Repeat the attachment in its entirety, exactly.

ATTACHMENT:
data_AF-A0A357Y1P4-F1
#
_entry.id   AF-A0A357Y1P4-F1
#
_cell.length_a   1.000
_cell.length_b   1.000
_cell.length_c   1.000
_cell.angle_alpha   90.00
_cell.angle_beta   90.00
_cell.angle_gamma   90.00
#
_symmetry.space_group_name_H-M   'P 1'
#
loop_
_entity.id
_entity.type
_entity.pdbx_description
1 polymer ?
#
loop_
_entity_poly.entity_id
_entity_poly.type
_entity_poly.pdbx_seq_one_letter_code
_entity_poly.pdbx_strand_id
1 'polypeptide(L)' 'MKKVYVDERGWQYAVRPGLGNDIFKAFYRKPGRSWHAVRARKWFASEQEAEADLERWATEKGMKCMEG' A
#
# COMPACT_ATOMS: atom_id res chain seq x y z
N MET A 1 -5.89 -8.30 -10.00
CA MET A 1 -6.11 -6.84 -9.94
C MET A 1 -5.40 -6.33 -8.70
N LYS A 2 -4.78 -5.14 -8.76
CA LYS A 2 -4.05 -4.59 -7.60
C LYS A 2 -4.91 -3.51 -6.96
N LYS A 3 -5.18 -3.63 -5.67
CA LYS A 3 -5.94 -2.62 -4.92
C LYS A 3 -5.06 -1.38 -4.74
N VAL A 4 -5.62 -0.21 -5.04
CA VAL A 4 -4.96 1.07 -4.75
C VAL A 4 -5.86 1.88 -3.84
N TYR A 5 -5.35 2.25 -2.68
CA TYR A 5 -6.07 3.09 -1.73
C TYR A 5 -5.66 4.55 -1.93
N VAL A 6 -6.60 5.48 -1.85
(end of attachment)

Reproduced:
data_AF-A0A357Y1P4-F1
#
_entry.id   AF-A0A357Y1P4-F1
#
_cell.length_a   1.000
_cell.length_b   1.000
_cell.length_c   1.000
_cell.angle_alpha   90.00
_cell.angle_beta   90.00
_cell.angle_gamma   90.00
#
_symmetry.space_group_name_H-M   'P 1'
#
loop_
_entity.id
_entity.type
_entity.pdbx_description
1 polymer ?
#
loop_
_entity_poly.entity_id
_entity_poly.type
_entity_poly.pdbx_seq_one_letter_code
_entity_poly.pdbx_strand_id
1 'polypeptide(L)' 'MKKVYVDERGWQYAVRPGLGNDIFKAFYRKPGRSWHAVRARKWFASEQEAEADLERWATEKGMKCMEG' A
#
# COMPACT_ATOMS: atom_id res chain seq x y z
N MET A 1 -5.89 -8.30 -10.00
CA MET A 1 -6.11 -6.84 -9.94
C MET A 1 -5.40 -6.33 -8.70
N LYS A 2 -4.78 -5.14 -8.76
CA LYS A 2 -4.05 -4.59 -7.60
C LYS A 2 -4.91 -3.51 -6.96
N LYS A 3 -5.18 -3.63 -5.67
CA LYS A 3 -5.94 -2.62 -4.92
C LYS A 3 -5.06 -1.38 -4.74
N VAL A 4 -5.62 -0.21 -5.04
CA VAL A 4 -4.96 1.07 -4.75
C VAL A 4 -5.86 1.88 -3.84
N TYR A 5 -5.35 2.25 -2.68
CA TYR A 5 -6.07 3.09 -1.73
C TYR A 5 -5.66 4.55 -1.93
N VAL A 6 -6.60 5.48 -1.85